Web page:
How can you persuade somebody packing containers, possibly a couple of hundred miles from the nearest sea of the need to ensure that the cargo is sufficiently secure to withstand the accelerations and decelerations of an oceanic voyage? The right answer is “with difficulty” as too many of these people don’t even bother to secure the cargo so that it doesn’t shift as the truck navigates the first roundabout or sharp bend on its long haul to the docks.

If you are looking to be shocked, it is worth checking out the road haulage accidents on Facebook, where there are some real horrors, such as the cab on a braking truck being completely carried away by the heavy cargo behind it, which just kept on going. The fate of the driver was unstated, but obvious. There are no fewer than 18,000 “straight line” truck accidents in the US each year, many of which are of this nature, with ill-secured cargo responsible.

If you tell a packer that the trans-Atlantic cargo he is stuffing into a box will be subject to rolling of 30deg. or more, some 160,000 times on an average voyage, will he be impressed and secure the load more diligently, or just mutter “whatever” and slam the doors shut?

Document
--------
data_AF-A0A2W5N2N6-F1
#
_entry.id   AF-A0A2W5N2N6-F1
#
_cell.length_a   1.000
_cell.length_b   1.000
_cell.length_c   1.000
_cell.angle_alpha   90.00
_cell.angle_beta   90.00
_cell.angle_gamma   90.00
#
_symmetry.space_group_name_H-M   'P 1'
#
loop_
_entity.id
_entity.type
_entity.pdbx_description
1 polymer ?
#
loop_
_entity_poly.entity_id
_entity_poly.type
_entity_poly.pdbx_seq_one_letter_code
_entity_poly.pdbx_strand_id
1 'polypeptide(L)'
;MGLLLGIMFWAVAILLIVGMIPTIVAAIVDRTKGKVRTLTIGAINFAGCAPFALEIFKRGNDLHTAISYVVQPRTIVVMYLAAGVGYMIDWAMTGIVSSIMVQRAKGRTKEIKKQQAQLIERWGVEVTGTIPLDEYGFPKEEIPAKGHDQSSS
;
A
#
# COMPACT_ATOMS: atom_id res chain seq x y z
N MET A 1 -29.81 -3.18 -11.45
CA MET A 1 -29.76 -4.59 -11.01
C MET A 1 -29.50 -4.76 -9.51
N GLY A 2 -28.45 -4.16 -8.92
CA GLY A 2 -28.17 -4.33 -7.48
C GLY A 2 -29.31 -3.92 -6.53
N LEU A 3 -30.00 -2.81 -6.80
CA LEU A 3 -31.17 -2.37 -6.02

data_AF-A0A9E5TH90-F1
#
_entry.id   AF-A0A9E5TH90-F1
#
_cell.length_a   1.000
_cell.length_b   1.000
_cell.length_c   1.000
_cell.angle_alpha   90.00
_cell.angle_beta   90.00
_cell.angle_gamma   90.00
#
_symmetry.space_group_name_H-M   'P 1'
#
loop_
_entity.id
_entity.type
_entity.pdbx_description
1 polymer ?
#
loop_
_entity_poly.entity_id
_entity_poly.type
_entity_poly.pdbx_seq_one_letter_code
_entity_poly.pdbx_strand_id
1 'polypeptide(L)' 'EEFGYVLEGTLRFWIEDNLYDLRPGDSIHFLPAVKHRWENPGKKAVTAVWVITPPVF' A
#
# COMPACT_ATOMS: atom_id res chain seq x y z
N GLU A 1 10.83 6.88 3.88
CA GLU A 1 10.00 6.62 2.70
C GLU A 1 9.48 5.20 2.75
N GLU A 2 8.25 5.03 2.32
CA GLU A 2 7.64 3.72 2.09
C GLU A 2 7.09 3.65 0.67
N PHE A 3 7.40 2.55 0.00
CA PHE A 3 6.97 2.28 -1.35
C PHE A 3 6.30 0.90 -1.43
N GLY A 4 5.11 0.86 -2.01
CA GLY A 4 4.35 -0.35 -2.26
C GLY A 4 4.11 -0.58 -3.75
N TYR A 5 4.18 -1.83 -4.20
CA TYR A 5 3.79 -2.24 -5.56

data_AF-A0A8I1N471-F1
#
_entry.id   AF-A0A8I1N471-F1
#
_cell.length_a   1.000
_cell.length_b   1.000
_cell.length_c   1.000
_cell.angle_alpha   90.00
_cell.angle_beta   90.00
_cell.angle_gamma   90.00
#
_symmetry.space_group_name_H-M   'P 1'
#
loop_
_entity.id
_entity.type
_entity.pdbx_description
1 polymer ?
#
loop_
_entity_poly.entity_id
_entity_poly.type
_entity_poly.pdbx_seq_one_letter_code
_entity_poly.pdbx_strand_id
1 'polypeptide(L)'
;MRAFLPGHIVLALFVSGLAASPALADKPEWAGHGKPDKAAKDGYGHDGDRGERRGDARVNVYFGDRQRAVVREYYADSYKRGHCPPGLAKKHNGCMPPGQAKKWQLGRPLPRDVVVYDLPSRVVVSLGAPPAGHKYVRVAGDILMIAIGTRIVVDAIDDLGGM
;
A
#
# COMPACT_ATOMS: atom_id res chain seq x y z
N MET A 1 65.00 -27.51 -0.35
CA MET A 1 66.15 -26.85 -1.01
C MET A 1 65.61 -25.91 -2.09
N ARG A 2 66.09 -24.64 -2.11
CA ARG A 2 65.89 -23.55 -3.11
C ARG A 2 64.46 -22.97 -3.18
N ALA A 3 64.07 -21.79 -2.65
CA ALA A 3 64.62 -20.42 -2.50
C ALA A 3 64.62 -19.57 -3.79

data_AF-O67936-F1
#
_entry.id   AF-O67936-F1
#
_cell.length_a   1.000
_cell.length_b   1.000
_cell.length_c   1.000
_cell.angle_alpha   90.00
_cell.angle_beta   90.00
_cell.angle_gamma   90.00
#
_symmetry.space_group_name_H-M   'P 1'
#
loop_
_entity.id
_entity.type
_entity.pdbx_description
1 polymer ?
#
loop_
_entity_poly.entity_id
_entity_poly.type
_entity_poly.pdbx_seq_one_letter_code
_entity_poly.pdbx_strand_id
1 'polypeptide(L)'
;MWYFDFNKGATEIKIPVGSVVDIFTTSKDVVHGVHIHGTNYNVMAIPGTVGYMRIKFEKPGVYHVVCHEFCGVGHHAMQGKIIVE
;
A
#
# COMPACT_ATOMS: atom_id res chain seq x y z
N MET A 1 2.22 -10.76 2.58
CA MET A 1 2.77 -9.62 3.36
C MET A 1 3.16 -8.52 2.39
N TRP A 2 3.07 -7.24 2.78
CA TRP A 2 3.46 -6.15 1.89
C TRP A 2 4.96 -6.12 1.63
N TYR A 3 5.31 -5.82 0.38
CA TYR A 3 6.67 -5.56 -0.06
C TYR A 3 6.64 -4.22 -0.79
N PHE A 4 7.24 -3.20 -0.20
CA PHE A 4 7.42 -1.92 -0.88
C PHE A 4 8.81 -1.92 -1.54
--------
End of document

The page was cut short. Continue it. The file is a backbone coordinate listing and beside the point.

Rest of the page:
Hopefully, the arrival on the scene of the new IMO/ILO/UNECE Code of Practice for Packing of Cargo Transport Units (CTUs) will make a difference to the amount of cargo damage and general mayhem caused by poor packing. Whole stacks of containers collapsing aboard big ships, damage to lifting equipment and fatalities and injuries on all modes of transport and in the docks are the sort of pictures that this code hopes to address, once its lessons are properly promulgated.

The Code is not mandatory, of course, but hope springs eternal and there is some anticipation that individual nations will make it so. And while sceptics might suggest that packers who haven’t bothered for the past forty years may not change their ways, it has been suggested that modern communications, better and more accessible training like e-learning, pocket cards and apps can be used to “translate” the contents of the code to those who need it most.

ICHCA International has been doing some really good evangelism on behalf of the Code with seminars and explanation of this important safety matter under way. Let’s hope this important Code, which provides all the guidance anyone needs to load CTUs safely, will make all the difference

Author: Michael Grey                       Source: